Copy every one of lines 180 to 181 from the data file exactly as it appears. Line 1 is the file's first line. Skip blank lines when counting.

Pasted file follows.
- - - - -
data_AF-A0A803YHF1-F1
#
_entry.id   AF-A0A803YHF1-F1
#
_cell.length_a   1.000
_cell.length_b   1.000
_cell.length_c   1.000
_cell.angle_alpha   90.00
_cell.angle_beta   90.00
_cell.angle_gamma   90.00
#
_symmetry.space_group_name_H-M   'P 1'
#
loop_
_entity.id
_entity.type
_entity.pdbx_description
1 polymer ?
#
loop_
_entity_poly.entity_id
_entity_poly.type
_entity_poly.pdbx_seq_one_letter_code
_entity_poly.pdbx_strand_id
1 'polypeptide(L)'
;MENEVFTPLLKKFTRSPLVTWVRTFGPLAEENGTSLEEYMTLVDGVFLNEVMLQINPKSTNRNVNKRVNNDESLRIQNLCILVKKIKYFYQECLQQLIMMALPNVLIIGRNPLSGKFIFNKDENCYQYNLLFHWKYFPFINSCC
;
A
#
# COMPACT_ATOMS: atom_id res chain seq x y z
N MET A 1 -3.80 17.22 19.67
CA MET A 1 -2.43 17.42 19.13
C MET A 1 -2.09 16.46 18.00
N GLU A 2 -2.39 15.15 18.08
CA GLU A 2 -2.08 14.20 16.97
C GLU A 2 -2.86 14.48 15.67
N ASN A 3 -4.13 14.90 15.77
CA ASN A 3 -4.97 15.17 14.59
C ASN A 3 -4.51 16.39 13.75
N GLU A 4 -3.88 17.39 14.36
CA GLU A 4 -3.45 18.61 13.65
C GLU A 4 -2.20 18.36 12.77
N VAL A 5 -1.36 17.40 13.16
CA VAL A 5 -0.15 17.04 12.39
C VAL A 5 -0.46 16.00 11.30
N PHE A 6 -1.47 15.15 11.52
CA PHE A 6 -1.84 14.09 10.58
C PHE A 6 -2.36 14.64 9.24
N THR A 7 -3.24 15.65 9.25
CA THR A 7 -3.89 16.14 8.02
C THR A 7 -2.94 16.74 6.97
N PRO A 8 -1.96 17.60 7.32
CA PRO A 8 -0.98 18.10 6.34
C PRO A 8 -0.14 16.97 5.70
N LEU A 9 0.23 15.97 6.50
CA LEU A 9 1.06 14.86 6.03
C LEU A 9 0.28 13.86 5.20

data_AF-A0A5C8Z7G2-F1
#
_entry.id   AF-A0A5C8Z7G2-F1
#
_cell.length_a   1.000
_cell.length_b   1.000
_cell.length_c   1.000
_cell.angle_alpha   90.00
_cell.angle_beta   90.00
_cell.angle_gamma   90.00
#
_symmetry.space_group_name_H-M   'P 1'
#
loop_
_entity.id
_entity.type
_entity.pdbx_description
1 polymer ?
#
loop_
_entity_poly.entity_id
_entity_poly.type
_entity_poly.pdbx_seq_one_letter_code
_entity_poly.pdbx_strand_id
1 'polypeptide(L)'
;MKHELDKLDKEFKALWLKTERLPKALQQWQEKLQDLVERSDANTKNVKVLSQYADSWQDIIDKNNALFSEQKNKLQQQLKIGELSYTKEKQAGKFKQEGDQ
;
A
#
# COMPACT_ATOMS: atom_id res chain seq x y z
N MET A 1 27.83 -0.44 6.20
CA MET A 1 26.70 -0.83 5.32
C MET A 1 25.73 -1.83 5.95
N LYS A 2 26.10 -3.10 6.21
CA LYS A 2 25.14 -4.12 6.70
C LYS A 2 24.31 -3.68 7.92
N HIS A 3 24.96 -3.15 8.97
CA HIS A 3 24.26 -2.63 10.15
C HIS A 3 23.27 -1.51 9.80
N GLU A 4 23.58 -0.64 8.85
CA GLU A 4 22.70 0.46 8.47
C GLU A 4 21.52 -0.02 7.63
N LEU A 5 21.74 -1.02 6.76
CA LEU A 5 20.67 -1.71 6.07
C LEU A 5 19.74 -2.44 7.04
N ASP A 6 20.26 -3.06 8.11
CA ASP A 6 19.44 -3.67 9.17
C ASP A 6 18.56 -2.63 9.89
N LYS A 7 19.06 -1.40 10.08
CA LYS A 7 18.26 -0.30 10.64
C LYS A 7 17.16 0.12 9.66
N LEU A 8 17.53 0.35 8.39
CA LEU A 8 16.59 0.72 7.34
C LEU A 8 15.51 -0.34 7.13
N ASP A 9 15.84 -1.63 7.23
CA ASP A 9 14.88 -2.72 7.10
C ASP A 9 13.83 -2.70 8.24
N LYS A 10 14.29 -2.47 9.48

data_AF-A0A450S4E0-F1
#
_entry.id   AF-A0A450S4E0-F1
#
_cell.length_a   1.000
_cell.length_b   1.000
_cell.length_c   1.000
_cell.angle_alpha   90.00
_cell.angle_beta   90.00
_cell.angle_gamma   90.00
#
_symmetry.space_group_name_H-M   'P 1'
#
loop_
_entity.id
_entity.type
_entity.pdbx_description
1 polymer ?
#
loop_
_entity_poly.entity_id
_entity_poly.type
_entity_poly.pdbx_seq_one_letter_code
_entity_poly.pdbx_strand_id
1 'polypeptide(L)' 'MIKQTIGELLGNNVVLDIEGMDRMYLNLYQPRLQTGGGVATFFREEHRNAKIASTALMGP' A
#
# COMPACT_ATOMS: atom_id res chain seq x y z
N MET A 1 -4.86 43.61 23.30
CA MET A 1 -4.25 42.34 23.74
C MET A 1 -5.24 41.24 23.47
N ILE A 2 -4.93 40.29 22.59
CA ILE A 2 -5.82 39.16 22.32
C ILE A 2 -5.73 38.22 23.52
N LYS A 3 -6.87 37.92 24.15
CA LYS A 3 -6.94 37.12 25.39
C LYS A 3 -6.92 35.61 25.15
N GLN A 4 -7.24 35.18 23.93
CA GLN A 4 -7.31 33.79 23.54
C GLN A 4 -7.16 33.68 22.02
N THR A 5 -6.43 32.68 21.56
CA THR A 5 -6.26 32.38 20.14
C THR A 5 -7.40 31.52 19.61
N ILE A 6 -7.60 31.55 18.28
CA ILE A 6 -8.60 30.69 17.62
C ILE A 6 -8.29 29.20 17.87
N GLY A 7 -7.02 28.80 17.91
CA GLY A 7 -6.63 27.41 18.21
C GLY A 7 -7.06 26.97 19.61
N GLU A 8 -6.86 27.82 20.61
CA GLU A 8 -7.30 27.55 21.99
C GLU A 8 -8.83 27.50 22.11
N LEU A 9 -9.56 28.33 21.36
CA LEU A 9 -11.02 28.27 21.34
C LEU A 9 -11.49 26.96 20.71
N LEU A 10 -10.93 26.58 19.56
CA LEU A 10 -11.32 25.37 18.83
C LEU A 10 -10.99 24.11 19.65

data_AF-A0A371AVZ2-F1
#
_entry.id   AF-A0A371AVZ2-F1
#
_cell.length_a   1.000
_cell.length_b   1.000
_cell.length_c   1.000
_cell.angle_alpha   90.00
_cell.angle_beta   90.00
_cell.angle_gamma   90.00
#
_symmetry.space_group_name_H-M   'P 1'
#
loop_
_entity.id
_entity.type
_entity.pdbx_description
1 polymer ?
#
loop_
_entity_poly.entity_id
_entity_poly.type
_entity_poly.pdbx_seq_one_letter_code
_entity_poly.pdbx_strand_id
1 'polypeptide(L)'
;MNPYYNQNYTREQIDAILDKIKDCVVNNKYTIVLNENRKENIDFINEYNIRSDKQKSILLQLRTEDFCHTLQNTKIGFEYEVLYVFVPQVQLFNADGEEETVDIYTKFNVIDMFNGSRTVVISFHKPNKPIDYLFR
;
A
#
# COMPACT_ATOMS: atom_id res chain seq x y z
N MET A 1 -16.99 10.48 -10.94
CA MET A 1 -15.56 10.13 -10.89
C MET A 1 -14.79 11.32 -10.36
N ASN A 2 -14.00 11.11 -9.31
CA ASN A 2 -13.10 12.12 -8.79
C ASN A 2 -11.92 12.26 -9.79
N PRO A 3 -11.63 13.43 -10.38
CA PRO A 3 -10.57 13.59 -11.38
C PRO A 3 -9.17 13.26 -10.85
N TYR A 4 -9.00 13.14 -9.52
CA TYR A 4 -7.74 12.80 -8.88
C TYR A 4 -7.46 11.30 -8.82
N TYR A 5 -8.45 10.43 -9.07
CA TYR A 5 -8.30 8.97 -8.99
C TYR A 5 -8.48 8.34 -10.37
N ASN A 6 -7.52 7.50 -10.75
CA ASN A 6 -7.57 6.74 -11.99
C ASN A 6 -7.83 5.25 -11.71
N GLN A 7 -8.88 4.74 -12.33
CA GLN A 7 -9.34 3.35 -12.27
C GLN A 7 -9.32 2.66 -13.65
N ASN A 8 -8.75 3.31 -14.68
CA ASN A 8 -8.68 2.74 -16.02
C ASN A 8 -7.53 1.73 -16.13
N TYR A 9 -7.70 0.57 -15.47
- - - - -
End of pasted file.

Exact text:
_cell.angle_alpha   90.00
_cell.angle_beta   90.00